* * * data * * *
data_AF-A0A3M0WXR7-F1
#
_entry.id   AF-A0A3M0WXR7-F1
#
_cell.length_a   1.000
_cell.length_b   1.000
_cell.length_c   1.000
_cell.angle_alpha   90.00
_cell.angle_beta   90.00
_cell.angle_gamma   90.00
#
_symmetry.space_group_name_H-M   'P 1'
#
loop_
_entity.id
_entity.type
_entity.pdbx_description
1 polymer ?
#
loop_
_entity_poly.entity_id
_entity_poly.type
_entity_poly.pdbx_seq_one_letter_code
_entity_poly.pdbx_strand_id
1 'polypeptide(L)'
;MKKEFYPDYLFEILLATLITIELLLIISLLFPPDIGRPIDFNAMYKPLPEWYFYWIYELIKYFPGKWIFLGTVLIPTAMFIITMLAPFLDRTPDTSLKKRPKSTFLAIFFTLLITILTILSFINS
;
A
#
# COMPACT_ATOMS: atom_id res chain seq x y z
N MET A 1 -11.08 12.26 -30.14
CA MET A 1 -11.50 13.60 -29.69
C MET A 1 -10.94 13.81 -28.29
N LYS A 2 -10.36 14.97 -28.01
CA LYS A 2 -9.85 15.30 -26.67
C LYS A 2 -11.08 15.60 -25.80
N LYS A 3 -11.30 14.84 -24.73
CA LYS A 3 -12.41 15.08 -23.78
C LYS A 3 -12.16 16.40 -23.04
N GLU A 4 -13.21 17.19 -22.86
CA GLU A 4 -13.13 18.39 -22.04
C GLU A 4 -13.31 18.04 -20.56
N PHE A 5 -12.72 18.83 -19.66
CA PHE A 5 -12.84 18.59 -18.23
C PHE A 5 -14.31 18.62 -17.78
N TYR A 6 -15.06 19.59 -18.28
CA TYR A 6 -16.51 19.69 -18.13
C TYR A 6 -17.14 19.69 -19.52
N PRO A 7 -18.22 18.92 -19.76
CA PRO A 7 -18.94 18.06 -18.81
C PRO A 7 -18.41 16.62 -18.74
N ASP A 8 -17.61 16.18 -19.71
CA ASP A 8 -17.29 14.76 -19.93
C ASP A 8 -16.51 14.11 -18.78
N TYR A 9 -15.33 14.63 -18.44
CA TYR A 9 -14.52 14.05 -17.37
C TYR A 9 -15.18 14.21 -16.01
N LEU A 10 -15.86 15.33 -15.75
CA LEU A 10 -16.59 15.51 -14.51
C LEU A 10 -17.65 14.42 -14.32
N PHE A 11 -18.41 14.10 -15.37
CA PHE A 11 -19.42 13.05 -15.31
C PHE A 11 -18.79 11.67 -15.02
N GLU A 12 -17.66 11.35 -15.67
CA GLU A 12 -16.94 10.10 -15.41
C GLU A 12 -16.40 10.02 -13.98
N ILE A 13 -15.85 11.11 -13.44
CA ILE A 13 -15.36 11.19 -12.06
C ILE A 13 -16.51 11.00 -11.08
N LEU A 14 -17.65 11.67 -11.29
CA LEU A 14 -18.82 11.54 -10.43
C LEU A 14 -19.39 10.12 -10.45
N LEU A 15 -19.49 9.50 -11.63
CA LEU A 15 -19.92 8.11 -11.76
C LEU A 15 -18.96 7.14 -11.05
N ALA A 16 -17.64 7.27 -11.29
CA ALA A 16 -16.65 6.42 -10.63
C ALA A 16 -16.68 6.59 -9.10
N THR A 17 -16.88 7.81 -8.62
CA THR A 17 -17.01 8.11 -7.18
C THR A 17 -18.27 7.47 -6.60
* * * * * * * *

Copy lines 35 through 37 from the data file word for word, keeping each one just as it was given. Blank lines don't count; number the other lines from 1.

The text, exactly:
CA LYS A 2 -9.85 15.30 -26.67
C LYS A 2 -11.08 15.60 -25.80
N LYS A 3 -11.30 14.84 -24.73